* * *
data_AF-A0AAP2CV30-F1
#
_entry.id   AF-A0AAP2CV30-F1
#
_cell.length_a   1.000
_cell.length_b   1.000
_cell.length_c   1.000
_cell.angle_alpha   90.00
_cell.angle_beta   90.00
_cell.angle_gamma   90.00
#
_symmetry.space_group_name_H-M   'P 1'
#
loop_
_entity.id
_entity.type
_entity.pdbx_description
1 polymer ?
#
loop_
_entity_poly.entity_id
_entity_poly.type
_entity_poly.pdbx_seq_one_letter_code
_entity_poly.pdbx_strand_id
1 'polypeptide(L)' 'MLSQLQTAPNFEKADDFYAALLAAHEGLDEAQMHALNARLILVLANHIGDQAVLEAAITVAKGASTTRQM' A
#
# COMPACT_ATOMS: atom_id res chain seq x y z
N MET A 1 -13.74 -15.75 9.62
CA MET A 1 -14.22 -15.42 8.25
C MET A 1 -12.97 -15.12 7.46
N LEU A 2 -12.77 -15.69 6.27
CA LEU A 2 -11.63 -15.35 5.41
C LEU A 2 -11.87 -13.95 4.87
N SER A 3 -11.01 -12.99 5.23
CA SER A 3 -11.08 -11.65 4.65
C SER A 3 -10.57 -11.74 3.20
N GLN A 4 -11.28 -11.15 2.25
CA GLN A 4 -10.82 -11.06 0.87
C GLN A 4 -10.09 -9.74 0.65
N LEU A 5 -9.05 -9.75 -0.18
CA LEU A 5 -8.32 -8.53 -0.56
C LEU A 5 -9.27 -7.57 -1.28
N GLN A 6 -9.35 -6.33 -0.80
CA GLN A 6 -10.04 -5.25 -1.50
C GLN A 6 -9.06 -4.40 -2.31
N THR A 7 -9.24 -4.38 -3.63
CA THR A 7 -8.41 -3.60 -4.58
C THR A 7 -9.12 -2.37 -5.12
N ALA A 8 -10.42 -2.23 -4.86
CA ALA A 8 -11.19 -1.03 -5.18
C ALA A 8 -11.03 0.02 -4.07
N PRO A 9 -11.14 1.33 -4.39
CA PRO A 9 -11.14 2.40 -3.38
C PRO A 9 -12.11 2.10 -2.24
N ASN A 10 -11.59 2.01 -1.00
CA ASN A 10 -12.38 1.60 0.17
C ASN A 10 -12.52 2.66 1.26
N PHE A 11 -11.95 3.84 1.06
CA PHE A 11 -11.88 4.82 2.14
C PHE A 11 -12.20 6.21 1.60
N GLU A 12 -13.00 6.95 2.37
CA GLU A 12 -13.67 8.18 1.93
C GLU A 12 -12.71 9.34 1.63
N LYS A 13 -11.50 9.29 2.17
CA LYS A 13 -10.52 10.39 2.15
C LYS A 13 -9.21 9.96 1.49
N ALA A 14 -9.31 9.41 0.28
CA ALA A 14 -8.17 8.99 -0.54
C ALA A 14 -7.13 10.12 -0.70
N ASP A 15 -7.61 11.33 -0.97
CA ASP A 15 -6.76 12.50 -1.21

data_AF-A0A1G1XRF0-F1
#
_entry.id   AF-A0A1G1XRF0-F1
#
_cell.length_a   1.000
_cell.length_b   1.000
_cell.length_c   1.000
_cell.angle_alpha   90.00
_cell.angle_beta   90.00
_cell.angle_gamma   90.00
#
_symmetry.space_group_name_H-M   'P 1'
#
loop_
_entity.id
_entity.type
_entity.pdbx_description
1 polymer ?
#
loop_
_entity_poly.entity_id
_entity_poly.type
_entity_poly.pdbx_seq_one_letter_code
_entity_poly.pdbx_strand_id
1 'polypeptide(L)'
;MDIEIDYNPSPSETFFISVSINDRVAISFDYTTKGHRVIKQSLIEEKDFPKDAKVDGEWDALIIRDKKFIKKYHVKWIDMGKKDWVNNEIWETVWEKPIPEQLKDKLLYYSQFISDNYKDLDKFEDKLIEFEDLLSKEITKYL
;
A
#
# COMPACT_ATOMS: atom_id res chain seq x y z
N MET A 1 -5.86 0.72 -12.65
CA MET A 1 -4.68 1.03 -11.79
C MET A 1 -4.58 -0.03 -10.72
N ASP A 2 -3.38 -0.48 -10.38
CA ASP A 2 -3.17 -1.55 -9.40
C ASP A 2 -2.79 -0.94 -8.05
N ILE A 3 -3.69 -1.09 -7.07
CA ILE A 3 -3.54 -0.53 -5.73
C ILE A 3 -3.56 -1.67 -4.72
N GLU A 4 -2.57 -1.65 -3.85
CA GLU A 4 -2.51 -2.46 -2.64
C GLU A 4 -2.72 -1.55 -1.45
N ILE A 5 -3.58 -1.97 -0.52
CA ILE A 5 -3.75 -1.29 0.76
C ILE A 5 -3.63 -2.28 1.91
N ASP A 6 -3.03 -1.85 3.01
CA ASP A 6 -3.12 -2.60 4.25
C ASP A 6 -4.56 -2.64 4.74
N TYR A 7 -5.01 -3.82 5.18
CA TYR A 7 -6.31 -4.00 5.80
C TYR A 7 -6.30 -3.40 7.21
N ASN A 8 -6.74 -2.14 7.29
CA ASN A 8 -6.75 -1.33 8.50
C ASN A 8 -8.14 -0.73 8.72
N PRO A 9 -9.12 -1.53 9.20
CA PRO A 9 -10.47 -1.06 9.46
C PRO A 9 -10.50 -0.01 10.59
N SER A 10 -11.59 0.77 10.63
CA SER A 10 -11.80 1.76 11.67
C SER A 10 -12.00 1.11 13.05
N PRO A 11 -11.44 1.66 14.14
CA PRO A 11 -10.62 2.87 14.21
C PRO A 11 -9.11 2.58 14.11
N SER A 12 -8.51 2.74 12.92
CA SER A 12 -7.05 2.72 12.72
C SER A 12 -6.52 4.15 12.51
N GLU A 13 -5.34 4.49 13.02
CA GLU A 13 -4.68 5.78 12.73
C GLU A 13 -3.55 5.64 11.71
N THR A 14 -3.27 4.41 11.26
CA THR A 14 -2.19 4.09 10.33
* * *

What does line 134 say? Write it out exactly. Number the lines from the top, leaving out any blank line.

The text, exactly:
C PRO A 11 -9.11 2.58 14.11